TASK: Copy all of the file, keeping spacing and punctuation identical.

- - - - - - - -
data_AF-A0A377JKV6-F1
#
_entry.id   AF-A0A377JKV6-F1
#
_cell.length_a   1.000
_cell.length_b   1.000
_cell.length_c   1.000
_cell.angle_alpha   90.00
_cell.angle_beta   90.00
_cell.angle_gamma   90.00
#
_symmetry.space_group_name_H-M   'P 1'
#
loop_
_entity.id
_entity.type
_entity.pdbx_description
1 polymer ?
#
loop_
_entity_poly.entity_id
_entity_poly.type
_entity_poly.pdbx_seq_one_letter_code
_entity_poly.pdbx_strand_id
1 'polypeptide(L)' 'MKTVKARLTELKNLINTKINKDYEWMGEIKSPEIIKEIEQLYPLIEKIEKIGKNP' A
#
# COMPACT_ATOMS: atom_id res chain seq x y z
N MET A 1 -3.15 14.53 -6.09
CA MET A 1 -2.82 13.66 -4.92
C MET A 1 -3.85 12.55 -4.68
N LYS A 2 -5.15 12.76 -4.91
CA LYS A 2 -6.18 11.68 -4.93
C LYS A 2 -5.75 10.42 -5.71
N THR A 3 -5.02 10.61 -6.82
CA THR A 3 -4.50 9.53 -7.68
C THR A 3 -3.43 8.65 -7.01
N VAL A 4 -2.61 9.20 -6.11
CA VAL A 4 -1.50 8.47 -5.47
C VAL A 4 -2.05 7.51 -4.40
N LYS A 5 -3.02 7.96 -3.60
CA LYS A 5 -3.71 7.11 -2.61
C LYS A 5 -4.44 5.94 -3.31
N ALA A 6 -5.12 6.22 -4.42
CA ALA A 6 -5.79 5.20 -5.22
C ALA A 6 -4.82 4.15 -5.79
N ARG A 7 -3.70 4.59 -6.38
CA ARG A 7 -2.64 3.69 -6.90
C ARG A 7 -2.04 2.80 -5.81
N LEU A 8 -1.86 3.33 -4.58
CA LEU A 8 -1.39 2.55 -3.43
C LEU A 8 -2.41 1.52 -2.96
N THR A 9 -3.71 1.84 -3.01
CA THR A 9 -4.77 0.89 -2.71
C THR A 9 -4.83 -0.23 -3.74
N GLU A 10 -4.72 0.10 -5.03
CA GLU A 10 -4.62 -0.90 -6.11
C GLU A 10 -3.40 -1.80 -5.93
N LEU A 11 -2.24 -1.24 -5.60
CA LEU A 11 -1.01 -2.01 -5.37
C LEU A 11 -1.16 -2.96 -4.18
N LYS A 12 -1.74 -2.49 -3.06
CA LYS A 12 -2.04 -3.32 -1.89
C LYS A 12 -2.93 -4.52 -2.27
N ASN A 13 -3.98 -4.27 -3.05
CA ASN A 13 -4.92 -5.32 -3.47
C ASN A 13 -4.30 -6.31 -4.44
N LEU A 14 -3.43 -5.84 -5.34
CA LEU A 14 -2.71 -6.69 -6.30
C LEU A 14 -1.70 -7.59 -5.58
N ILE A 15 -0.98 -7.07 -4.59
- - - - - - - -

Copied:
data_AF-A0A377JKV6-F1
#
_entry.id   AF-A0A377JKV6-F1
#
_cell.length_a   1.000
_cell.length_b   1.000
_cell.length_c   1.000
_cell.angle_alpha   90.00
_cell.angle_beta   90.00
_cell.angle_gamma   90.00
#
_symmetry.space_group_name_H-M   'P 1'
#
loop_
_entity.id
_entity.type
_entity.pdbx_description
1 polymer ?
#
loop_
_entity_poly.entity_id
_entity_poly.type
_entity_poly.pdbx_seq_one_letter_code
_entity_poly.pdbx_strand_id
1 'polypeptide(L)' 'MKTVKARLTELKNLINTKINKDYEWMGEIKSPEIIKEIEQLYPLIEKIEKIGKNP' A
#
# COMPACT_ATOMS: atom_id res chain seq x y z
N MET A 1 -3.15 14.53 -6.09
CA MET A 1 -2.82 13.66 -4.92
C MET A 1 -3.85 12.55 -4.68
N LYS A 2 -5.15 12.76 -4.91
CA LYS A 2 -6.18 11.68 -4.93
C LYS A 2 -5.75 10.42 -5.71
N THR A 3 -5.02 10.61 -6.82
CA THR A 3 -4.50 9.53 -7.68
C THR A 3 -3.43 8.65 -7.01
N VAL A 4 -2.61 9.20 -6.11
CA VAL A 4 -1.50 8.47 -5.47
C VAL A 4 -2.05 7.51 -4.40
N LYS A 5 -3.02 7.96 -3.60
CA LYS A 5 -3.71 7.11 -2.61
C LYS A 5 -4.44 5.94 -3.31
N ALA A 6 -5.12 6.22 -4.42
CA ALA A 6 -5.79 5.20 -5.22
C ALA A 6 -4.82 4.15 -5.79
N ARG A 7 -3.70 4.59 -6.38
CA ARG A 7 -2.64 3.69 -6.90
C ARG A 7 -2.04 2.80 -5.81
N LEU A 8 -1.86 3.33 -4.58
CA LEU A 8 -1.39 2.55 -3.43
C LEU A 8 -2.41 1.52 -2.96
N THR A 9 -3.71 1.84 -3.01
CA THR A 9 -4.77 0.89 -2.71
C THR A 9 -4.83 -0.23 -3.74
N GLU A 10 -4.72 0.10 -5.03
CA GLU A 10 -4.62 -0.90 -6.11
C GLU A 10 -3.40 -1.80 -5.93
N LEU A 11 -2.24 -1.24 -5.60
CA LEU A 11 -1.01 -2.01 -5.37
C LEU A 11 -1.16 -2.96 -4.18
N LYS A 12 -1.74 -2.49 -3.06
CA LYS A 12 -2.04 -3.32 -1.89
C LYS A 12 -2.93 -4.52 -2.27
N ASN A 13 -3.98 -4.27 -3.05
CA ASN A 13 -4.92 -5.32 -3.47
C ASN A 13 -4.30 -6.31 -4.44
N LEU A 14 -3.43 -5.84 -5.34
CA LEU A 14 -2.71 -6.69 -6.30
C LEU A 14 -1.70 -7.59 -5.58
N ILE A 15 -0.98 -7.07 -4.59